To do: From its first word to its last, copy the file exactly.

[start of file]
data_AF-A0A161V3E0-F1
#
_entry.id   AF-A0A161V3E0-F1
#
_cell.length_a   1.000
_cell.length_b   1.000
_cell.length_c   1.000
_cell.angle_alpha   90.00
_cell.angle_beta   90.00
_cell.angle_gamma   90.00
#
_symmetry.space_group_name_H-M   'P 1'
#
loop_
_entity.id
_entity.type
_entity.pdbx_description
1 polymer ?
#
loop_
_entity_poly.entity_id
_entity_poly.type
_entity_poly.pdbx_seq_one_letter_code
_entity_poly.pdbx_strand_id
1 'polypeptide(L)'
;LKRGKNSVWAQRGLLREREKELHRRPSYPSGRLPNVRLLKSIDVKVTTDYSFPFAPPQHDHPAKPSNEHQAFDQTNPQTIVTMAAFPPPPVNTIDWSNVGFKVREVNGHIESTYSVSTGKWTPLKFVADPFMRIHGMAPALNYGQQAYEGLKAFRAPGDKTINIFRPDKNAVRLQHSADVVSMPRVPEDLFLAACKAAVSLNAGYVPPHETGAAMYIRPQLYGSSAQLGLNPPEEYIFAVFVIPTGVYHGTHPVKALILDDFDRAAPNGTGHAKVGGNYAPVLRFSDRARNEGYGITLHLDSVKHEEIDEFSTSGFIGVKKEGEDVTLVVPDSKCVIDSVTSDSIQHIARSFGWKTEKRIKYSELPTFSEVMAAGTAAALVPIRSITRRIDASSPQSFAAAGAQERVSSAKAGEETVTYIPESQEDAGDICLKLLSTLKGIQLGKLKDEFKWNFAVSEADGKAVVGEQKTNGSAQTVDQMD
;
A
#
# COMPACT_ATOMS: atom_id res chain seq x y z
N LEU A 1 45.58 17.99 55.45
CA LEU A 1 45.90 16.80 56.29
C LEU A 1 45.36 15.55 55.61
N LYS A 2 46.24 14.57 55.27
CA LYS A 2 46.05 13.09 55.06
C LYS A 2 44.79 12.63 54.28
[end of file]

data_AF-A0A161V3E0-F1
#
_entry.id   AF-A0A161V3E0-F1
#
_cell.length_a   1.000
_cell.length_b   1.000
_cell.length_c   1.000
_cell.angle_alpha   90.00
_cell.angle_beta   90.00
_cell.angle_gamma   90.00
#
_symmetry.space_group_name_H-M   'P 1'
#
loop_
_entity.id
_entity.type
_entity.pdbx_description
1 polymer ?
#
loop_
_entity_poly.entity_id
_entity_poly.type
_entity_poly.pdbx_seq_one_letter_code
_entity_poly.pdbx_strand_id
1 'polypeptide(L)'
;LKRGKNSVWAQRGLLREREKELHRRPSYPSGRLPNVRLLKSIDVKVTTDYSFPFAPPQHDHPAKPSNEHQAFDQTNPQTIVTMAAFPPPPVNTIDWSNVGFKVREVNGHIESTYSVSTGKWTPLKFVADPFMRIHGMAPALNYGQQAYEGLKAFRAPGDKTINIFRPDKNAVRLQHSADVVSMPRVPEDLFLAACKAAVSLNAGYVPPHETGAAMYIRPQLYGSSAQLGLNPPEEYIFAVFVIPTGVYHGTHPVKALILDDFDRAAPNGTGHAKVGGNYAPVLRFSDRARNEGYGITLHLDSVKHEEIDEFSTSGFIGVKKEGEDVTLVVPDSKCVIDSVTSDSIQHIARSFGWKTEKRIKYSELPTFSEVMAAGTAAALVPIRSITRRIDASSPQSFAAAGAQERVSSAKAGEETVTYIPESQEDAGDICLKLLSTLKGIQLGKLKDEFKWNFAVSEADGKAVVGEQKTNGSAQTVDQMD
;
A
#
# COMPACT_ATOMS: atom_id res chain seq x y z
N LEU A 1 45.58 17.99 55.45
CA LEU A 1 45.90 16.80 56.29
C LEU A 1 45.36 15.55 55.61
N LYS A 2 46.24 14.57 55.27
CA LYS A 2 46.05 13.09 55.06
C LYS A 2 44.79 12.63 54.28